REIT and Real Estate M&A in 2016

Adam O. Emmerich is a partner in the corporate department at Wachtell, Lipton, Rosen & Katz, focusing primarily on mergers and acquisitions, corporate governance and securities law matters. Robin Panovka is a partner at Wachtell Lipton and co-heads the Real Estate and REIT M&A Groups. This post is based on a Wachtell Lipton publication authored by Messrs. Emmerich and Panovka.

Following are some of the key trends we are following as we enter 2016, while keeping a weather eye on macro market turmoil:

  1. M&A activity should continue at a steady pace, with a number of public-to-private and public-to-public REIT mergers already in the works.
  2. We are not expecting an avalanche of REIT buyouts a la 2006-7, but many of the same drivers are apparent, as we noted last October in Taking REITs Private, and a number of significant transactions are likely.
  3. Hostile transactions remain viable in the REIT world, and we expect the same factors—including institutional investor and activist support—that have led to current record-high levels across all industries to result in more hostile REIT acquisitions.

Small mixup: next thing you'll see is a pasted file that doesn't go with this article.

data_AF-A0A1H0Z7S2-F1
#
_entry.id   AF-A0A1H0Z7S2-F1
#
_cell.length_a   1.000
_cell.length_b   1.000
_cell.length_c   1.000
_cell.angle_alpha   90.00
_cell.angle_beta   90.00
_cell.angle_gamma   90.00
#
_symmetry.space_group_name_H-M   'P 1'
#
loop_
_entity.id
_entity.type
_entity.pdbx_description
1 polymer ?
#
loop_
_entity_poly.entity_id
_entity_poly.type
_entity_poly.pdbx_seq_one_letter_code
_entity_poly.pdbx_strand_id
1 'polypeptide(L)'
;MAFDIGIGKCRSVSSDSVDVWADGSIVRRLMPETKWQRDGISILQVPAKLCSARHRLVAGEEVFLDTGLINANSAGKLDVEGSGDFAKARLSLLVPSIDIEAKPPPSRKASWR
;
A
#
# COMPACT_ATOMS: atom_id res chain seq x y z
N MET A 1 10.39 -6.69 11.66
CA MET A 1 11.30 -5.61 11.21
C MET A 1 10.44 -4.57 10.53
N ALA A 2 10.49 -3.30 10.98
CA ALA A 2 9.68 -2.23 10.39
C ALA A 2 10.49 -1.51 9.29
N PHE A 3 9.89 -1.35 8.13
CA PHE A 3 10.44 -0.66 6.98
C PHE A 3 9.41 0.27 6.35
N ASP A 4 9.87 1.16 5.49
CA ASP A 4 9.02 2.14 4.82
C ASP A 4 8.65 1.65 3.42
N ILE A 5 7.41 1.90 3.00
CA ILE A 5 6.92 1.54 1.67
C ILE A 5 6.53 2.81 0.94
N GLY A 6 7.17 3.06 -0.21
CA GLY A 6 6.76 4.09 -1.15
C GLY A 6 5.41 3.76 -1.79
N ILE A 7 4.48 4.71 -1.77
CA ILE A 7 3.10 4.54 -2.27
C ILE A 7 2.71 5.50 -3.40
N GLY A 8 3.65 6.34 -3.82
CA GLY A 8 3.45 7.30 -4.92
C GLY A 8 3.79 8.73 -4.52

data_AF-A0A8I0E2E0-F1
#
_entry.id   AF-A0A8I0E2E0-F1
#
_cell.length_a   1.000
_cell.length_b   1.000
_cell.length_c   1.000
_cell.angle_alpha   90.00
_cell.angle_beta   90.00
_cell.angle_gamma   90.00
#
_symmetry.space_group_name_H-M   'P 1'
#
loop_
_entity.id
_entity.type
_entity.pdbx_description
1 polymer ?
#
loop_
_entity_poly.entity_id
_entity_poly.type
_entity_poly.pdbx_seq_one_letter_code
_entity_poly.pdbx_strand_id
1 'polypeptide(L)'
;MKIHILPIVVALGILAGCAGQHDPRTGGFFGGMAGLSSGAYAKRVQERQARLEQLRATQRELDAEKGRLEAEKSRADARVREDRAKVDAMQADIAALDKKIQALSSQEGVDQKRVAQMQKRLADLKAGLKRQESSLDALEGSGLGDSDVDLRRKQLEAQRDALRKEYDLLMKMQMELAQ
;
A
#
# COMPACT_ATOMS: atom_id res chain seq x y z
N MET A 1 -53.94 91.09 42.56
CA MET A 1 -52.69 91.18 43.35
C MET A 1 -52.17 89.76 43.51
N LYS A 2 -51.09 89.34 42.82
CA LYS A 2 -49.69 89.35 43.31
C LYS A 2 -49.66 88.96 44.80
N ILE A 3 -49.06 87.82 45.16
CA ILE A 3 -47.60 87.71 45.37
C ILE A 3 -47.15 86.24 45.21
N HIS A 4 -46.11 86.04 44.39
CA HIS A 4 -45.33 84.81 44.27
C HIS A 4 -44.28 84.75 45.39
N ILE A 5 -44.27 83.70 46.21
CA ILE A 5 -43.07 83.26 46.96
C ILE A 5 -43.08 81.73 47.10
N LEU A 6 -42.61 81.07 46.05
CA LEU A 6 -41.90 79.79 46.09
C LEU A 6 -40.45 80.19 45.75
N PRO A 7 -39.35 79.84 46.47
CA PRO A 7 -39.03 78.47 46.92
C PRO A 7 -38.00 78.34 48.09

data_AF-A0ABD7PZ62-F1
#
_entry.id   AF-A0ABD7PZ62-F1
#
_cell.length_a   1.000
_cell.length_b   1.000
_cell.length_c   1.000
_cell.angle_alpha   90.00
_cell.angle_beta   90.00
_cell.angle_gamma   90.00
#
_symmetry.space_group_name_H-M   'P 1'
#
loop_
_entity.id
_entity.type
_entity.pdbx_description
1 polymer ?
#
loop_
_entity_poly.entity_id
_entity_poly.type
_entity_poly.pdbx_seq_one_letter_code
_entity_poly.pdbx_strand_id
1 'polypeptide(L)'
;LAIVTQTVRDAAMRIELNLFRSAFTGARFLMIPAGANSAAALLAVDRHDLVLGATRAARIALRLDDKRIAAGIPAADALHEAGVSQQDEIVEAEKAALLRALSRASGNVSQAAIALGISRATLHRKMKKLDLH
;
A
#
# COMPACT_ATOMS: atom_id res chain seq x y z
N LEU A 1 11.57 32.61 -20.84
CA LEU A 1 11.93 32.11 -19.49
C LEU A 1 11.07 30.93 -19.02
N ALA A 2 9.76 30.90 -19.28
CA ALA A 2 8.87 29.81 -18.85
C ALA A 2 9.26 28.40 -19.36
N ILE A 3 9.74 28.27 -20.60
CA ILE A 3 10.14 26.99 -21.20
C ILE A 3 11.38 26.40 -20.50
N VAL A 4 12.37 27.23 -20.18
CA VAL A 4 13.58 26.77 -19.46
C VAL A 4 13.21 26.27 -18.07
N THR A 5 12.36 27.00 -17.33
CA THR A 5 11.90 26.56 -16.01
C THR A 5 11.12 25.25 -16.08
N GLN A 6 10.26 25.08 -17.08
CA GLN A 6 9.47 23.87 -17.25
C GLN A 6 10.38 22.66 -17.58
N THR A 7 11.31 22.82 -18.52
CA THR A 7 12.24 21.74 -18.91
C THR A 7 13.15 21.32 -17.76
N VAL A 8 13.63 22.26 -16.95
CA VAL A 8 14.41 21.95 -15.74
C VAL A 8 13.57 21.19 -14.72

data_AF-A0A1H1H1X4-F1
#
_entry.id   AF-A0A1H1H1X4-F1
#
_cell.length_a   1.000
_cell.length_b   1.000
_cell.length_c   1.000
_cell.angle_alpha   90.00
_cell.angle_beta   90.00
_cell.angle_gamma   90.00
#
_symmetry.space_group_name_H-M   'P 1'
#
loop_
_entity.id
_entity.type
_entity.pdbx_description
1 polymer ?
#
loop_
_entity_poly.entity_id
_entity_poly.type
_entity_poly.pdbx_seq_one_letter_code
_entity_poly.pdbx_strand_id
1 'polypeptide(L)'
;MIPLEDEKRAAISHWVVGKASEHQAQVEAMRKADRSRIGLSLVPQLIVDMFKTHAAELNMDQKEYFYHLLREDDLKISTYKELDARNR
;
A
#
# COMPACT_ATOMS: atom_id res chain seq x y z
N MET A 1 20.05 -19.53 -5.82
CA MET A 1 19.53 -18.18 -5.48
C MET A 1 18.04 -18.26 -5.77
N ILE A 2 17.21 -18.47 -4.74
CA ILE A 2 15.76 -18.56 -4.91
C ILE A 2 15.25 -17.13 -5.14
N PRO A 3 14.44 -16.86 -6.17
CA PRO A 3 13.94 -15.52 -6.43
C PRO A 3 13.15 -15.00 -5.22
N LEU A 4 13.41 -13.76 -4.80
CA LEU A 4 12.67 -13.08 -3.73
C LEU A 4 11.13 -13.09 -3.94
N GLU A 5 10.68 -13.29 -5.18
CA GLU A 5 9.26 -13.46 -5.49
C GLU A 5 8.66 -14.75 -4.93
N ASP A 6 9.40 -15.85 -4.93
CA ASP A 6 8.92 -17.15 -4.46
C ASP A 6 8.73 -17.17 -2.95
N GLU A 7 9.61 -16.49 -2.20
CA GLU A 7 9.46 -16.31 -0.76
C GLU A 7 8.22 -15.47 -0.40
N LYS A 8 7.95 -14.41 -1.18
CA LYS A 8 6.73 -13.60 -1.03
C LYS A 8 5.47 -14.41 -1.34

4. Succession planning and executive compensation will continue to be a major focus for boards, especially given the “maturation” of a significant number of management teams and changed equity market and interest rate environments.
  5. While tax-free REIT spinoffs by real estate-rich corporations are no longer possible, we expect the trend to unlock real estate value to continue (albeit at a slower pace) utilizing taxable spins, sale-leasebacks, rights offerings, joint ventures and other structures, particularly in distress situations or where NOLs are available.
  6. REIT-REIT spin-offs and spins of REITs’ taxable subsidiaries can still be done tax free, and are expected to continue.
  7. Activists are reworking their REIT playbooks to factor in the new REIT legislation and interest rate environment, but they aren’t going anywhere. Dedicated funds for activism have never been more of a force, nor has institutional investor support. One of the key challenges for targeted companies will be both maintaining focus on the business, and being thoughtful about the merits of activists’ suggestions and how best to respond.
  8. Congress’ FIRPTA relief should increase already robust deal volume from foreign investors, particularly as investors in stumbling or slowing-growth economies seek safe havens.
  9. Interest by U.S. REITs in non-U.S. acquisitions is mixed, with divergent views in different sectors and companies. The debate is likely to continue and we don’t expect volume to grow dramatically.
  10. The dislocation in the non-traded REIT sector could lead to increased deal activity, but may also complicate migration into the public markets given due diligence concerns.
  11. Ripple effects of e-commerce continue to reshape a number of property types, driving up cap rates in some sectors and continuing to drive industrial, data center and cell tower REIT expansion. Clearly, this is just the beginning.
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